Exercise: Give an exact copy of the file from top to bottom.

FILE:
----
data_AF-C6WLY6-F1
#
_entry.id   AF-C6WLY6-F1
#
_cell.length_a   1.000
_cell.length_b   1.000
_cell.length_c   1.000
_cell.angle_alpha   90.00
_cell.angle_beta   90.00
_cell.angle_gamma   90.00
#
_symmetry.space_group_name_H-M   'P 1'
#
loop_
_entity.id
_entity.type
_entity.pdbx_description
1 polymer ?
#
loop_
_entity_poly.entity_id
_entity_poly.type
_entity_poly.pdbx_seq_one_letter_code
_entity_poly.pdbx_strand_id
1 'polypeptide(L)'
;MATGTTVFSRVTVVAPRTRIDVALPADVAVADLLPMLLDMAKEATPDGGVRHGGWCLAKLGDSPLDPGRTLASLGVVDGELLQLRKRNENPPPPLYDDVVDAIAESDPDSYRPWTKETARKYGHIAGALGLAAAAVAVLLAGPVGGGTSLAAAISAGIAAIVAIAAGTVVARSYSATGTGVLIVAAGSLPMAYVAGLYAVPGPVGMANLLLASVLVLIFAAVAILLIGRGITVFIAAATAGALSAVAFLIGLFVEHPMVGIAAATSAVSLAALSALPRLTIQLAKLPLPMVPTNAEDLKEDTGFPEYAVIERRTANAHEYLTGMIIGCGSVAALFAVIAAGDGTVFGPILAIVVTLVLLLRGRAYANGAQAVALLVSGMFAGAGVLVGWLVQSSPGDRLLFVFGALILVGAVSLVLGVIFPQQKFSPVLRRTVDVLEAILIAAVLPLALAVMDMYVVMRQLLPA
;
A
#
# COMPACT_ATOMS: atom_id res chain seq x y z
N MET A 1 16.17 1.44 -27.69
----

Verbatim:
data_AF-C6WLY6-F1
#
_entry.id   AF-C6WLY6-F1
#
_cell.length_a   1.000
_cell.length_b   1.000
_cell.length_c   1.000
_cell.angle_alpha   90.00
_cell.angle_beta   90.00
_cell.angle_gamma   90.00
#
_symmetry.space_group_name_H-M   'P 1'
#
loop_
_entity.id
_entity.type
_entity.pdbx_description
1 polymer ?
#
loop_
_entity_poly.entity_id
_entity_poly.type
_entity_poly.pdbx_seq_one_letter_code
_entity_poly.pdbx_strand_id
1 'polypeptide(L)'
;MATGTTVFSRVTVVAPRTRIDVALPADVAVADLLPMLLDMAKEATPDGGVRHGGWCLAKLGDSPLDPGRTLASLGVVDGELLQLRKRNENPPPPLYDDVVDAIAESDPDSYRPWTKETARKYGHIAGALGLAAAAVAVLLAGPVGGGTSLAAAISAGIAAIVAIAAGTVVARSYSATGTGVLIVAAGSLPMAYVAGLYAVPGPVGMANLLLASVLVLIFAAVAILLIGRGITVFIAAATAGALSAVAFLIGLFVEHPMVGIAAATSAVSLAALSALPRLTIQLAKLPLPMVPTNAEDLKEDTGFPEYAVIERRTANAHEYLTGMIIGCGSVAALFAVIAAGDGTVFGPILAIVVTLVLLLRGRAYANGAQAVALLVSGMFAGAGVLVGWLVQSSPGDRLLFVFGALILVGAVSLVLGVIFPQQKFSPVLRRTVDVLEAILIAAVLPLALAVMDMYVVMRQLLPA
;
A
#
# COMPACT_ATOMS: atom_id res chain seq x y z
N MET A 1 16.17 1.44 -27.69